CCP § 473(b) Standards Are Not Ones To Be Engrafted Into Rule 3.1702(d).
In Robinson v. U-Haul Co. of CA, Case Nos. A141396/A145828 (1st Dist., Div. 4 Oct. 18, 2016) (published), former U-Haul independent dealer won a non-compete, unfair competition law (UCL), and malicious prosecution dispute against U-Haul, which mainly featured a challenge to certain noncompetition clauses in contracts with independent dealers. Plaintiff sought fees under the malicious prosecution and UCL counts, with fee recovery under the UCL hinged on the applicability of California’s private attorney general statute for purposes of benefiting a large number of independent U-Haul dealers under the noncompete ruling. The lower court granted fees under the private attorney general statute to the tune of $834,008.09, contrasted with the plaintiff’s request of $1,166,430.51. (The lower court denied fees on the malicious prosecution theory, because the claim sounded in tort rather than contract for purposes of recovery under a fees clause.)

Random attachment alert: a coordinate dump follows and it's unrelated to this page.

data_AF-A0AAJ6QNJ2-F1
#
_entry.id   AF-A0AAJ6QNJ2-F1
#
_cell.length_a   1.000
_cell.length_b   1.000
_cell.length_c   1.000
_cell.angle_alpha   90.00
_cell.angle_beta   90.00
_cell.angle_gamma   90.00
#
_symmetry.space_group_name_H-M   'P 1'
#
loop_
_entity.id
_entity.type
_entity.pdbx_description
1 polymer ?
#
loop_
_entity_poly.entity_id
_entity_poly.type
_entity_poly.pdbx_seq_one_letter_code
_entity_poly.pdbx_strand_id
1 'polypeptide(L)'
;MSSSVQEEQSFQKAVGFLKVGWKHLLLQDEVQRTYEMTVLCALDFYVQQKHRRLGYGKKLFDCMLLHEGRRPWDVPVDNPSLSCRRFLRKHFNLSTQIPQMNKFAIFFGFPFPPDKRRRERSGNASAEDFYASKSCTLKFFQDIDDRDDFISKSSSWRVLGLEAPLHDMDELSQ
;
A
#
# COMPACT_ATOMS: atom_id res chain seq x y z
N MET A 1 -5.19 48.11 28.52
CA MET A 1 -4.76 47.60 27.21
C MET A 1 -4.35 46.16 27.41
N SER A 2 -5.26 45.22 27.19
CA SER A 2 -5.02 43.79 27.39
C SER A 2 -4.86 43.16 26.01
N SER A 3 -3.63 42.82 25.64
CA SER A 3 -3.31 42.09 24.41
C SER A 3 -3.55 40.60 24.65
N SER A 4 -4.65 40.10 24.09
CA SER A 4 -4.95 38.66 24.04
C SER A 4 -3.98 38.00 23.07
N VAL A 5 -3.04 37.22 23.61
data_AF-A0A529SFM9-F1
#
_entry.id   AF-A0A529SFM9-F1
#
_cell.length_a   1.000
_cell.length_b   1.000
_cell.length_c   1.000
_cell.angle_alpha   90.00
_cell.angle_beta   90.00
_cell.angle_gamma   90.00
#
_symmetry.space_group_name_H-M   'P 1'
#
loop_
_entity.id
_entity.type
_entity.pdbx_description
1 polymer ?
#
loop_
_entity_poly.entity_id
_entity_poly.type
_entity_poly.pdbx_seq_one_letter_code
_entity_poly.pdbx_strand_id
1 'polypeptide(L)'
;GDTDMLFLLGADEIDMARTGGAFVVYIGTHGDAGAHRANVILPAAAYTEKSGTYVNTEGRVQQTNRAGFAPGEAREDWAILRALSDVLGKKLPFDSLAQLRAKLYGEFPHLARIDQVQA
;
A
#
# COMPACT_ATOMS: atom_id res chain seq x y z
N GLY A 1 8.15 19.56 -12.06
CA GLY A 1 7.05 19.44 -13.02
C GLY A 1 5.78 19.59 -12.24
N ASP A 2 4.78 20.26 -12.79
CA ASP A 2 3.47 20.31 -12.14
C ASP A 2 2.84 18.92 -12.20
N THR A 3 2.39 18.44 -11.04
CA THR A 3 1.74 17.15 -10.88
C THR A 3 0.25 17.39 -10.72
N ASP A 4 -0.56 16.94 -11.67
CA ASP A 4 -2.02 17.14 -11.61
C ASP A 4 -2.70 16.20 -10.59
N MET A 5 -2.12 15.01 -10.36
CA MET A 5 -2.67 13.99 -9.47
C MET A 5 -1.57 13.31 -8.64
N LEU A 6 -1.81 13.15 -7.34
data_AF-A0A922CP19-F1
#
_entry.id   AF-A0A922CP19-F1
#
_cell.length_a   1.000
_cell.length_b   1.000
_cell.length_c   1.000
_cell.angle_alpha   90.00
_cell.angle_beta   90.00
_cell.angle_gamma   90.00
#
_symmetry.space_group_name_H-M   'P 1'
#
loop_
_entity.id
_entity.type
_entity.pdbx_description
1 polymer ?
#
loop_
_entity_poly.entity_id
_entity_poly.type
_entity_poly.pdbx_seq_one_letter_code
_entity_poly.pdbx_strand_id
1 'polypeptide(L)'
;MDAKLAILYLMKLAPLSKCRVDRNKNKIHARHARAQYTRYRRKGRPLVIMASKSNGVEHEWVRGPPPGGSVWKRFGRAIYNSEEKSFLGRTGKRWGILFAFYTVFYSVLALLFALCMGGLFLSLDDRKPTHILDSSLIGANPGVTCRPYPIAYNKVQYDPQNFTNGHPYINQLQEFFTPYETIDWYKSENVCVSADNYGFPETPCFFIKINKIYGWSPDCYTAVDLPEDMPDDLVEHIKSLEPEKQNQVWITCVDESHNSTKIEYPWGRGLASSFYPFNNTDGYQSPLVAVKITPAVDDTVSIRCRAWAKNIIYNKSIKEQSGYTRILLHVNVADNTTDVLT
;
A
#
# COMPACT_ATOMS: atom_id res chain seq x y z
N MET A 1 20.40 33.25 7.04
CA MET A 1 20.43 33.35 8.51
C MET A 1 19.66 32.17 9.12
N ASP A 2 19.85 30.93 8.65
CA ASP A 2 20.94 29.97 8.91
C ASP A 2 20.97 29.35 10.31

The fee award was affirmed on appeal.
What happened in the fee proceeding was that the trial judge granted a motion to extend the date for filing an attorney’s fees motion, under CRC 3.1702(d), for “good cause” even though plaintiff admitted to blowing the 60-day deadline of CRC 3.1702(b)(1). The reviewing court found that the “good cause” standard is flexible and that the trial judge was the best one to adjudge the credibility of the party seeking to extend the date for filing a fee motion, which plaintiff’s attorney having a reasonable explanation for delay in filing the fee motion. It also importantly rejected engrafting CCP §473(b)’s “mistake/inadvertence/surprise/neglect” standards into the “good cause” construct of CRC 3.1702(d). Finally, the appellate court found no prejudice to U-Haul, which was on notice that fees were being sought well before the technical deadline was exceeded.